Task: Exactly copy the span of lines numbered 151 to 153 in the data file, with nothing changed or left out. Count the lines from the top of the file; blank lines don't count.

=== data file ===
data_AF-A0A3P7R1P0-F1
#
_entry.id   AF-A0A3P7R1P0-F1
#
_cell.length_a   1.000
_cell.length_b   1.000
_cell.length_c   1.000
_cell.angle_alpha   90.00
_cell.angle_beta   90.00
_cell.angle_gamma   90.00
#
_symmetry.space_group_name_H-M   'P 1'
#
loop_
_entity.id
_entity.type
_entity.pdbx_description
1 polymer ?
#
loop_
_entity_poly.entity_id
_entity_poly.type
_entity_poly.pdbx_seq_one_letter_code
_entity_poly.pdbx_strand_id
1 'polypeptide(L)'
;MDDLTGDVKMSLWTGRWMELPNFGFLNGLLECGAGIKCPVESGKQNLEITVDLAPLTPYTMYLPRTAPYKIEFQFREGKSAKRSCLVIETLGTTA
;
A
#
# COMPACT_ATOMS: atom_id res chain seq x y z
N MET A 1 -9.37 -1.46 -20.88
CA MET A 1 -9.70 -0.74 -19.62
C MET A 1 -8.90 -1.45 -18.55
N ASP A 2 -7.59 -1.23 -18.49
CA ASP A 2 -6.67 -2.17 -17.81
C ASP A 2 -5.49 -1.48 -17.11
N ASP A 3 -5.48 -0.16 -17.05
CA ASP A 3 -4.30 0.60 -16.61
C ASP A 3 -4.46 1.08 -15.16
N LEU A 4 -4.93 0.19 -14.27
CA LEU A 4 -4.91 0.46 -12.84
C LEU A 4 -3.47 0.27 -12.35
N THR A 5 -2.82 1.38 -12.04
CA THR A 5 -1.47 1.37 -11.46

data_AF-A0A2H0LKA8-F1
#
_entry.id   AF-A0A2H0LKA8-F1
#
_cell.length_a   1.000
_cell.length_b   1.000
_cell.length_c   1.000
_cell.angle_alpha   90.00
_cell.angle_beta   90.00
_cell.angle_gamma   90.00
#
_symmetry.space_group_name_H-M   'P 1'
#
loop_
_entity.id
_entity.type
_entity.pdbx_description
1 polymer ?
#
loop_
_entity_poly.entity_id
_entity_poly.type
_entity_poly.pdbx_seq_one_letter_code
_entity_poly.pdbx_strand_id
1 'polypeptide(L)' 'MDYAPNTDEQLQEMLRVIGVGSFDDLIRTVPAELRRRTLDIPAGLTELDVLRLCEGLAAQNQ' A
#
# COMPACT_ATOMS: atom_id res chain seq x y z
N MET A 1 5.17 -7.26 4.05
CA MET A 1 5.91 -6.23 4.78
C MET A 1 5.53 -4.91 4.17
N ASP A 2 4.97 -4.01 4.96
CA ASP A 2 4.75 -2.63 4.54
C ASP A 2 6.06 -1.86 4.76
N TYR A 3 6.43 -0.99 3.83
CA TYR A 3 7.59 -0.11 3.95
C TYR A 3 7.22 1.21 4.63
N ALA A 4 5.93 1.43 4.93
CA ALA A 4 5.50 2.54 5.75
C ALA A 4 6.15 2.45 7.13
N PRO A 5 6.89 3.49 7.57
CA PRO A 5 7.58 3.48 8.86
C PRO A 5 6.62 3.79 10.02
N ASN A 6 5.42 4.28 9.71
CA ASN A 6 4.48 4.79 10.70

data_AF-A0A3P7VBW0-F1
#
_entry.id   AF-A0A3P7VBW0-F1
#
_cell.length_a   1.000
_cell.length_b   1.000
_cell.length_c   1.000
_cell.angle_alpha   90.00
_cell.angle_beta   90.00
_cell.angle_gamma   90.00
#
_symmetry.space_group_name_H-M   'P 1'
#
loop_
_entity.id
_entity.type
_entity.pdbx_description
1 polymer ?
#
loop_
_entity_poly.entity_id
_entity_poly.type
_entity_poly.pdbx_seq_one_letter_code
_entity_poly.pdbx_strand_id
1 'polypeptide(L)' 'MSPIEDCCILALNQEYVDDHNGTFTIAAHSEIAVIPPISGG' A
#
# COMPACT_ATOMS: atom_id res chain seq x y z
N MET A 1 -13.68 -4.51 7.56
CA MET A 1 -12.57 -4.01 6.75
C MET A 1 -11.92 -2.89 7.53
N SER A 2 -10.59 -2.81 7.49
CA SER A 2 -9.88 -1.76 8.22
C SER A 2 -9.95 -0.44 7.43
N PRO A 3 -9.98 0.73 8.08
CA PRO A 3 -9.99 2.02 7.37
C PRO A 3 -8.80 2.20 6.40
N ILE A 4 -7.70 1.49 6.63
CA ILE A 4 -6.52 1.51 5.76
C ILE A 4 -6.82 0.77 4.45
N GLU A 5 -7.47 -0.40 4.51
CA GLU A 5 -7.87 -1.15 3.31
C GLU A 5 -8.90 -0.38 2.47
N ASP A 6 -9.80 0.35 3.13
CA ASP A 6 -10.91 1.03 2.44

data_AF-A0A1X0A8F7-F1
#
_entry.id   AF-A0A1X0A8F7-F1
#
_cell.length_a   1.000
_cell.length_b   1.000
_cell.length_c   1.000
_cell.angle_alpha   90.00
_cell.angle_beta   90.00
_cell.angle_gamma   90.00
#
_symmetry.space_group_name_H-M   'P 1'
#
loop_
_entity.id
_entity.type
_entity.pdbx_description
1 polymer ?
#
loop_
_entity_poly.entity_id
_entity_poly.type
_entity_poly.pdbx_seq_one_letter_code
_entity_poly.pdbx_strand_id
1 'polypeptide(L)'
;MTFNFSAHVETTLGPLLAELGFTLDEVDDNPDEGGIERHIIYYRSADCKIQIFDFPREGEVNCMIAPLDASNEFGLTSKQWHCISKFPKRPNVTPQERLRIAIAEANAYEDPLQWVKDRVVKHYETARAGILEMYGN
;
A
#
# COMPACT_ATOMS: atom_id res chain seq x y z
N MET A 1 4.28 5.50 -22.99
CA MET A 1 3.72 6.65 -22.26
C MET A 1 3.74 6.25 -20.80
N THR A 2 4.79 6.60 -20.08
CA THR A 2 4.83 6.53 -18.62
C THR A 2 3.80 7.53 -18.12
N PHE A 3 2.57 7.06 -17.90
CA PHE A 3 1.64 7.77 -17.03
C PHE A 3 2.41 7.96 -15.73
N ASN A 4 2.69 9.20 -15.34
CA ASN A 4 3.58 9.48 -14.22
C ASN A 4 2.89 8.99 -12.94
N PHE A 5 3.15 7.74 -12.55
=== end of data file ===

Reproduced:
#
loop_
_entity_poly.entity_id